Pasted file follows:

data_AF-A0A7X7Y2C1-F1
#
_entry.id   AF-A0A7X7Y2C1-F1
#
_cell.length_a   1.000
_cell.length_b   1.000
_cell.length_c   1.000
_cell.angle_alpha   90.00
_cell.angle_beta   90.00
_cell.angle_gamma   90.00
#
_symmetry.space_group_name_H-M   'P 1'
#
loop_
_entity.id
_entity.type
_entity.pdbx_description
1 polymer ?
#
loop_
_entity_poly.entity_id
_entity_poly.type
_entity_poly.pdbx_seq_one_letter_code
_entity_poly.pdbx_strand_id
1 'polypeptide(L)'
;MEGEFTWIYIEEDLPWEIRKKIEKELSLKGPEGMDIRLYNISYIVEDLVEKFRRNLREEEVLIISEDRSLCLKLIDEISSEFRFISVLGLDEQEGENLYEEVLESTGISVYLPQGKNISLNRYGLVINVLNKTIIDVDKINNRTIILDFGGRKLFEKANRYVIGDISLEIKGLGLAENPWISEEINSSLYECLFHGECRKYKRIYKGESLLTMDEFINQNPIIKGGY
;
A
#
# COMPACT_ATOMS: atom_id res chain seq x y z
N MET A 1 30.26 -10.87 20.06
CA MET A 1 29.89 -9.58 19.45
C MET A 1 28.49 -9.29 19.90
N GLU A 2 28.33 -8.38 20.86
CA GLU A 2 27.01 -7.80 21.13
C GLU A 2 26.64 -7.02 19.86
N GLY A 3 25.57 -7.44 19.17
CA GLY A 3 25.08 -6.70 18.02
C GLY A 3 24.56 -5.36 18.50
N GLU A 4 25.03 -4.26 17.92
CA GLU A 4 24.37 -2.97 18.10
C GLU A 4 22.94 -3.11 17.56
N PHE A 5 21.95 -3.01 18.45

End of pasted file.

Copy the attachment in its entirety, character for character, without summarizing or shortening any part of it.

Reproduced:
data_AF-A0A7X7Y2C1-F1
#
_entry.id   AF-A0A7X7Y2C1-F1
#
_cell.length_a   1.000
_cell.length_b   1.000
_cell.length_c   1.000
_cell.angle_alpha   90.00
_cell.angle_beta   90.00
_cell.angle_gamma   90.00
#
_symmetry.space_group_name_H-M   'P 1'
#
loop_
_entity.id
_entity.type
_entity.pdbx_description
1 polymer ?
#
loop_
_entity_poly.entity_id
_entity_poly.type
_entity_poly.pdbx_seq_one_letter_code
_entity_poly.pdbx_strand_id
1 'polypeptide(L)'
;MEGEFTWIYIEEDLPWEIRKKIEKELSLKGPEGMDIRLYNISYIVEDLVEKFRRNLREEEVLIISEDRSLCLKLIDEISSEFRFISVLGLDEQEGENLYEEVLESTGISVYLPQGKNISLNRYGLVINVLNKTIIDVDKINNRTIILDFGGRKLFEKANRYVIGDISLEIKGLGLAENPWISEEINSSLYECLFHGECRKYKRIYKGESLLTMDEFINQNPIIKGGY
;
A
#
# COMPACT_ATOMS: atom_id res chain seq x y z
N MET A 1 30.26 -10.87 20.06
CA MET A 1 29.89 -9.58 19.45
C MET A 1 28.49 -9.29 19.90
N GLU A 2 28.33 -8.38 20.86
CA GLU A 2 27.01 -7.80 21.13
C GLU A 2 26.64 -7.02 19.86
N GLY A 3 25.57 -7.44 19.17
CA GLY A 3 25.08 -6.70 18.02
C GLY A 3 24.56 -5.36 18.50
N GLU A 4 25.03 -4.26 17.92
CA GLU A 4 24.37 -2.97 18.10
C GLU A 4 22.94 -3.11 17.56
N PHE A 5 21.95 -3.01 18.45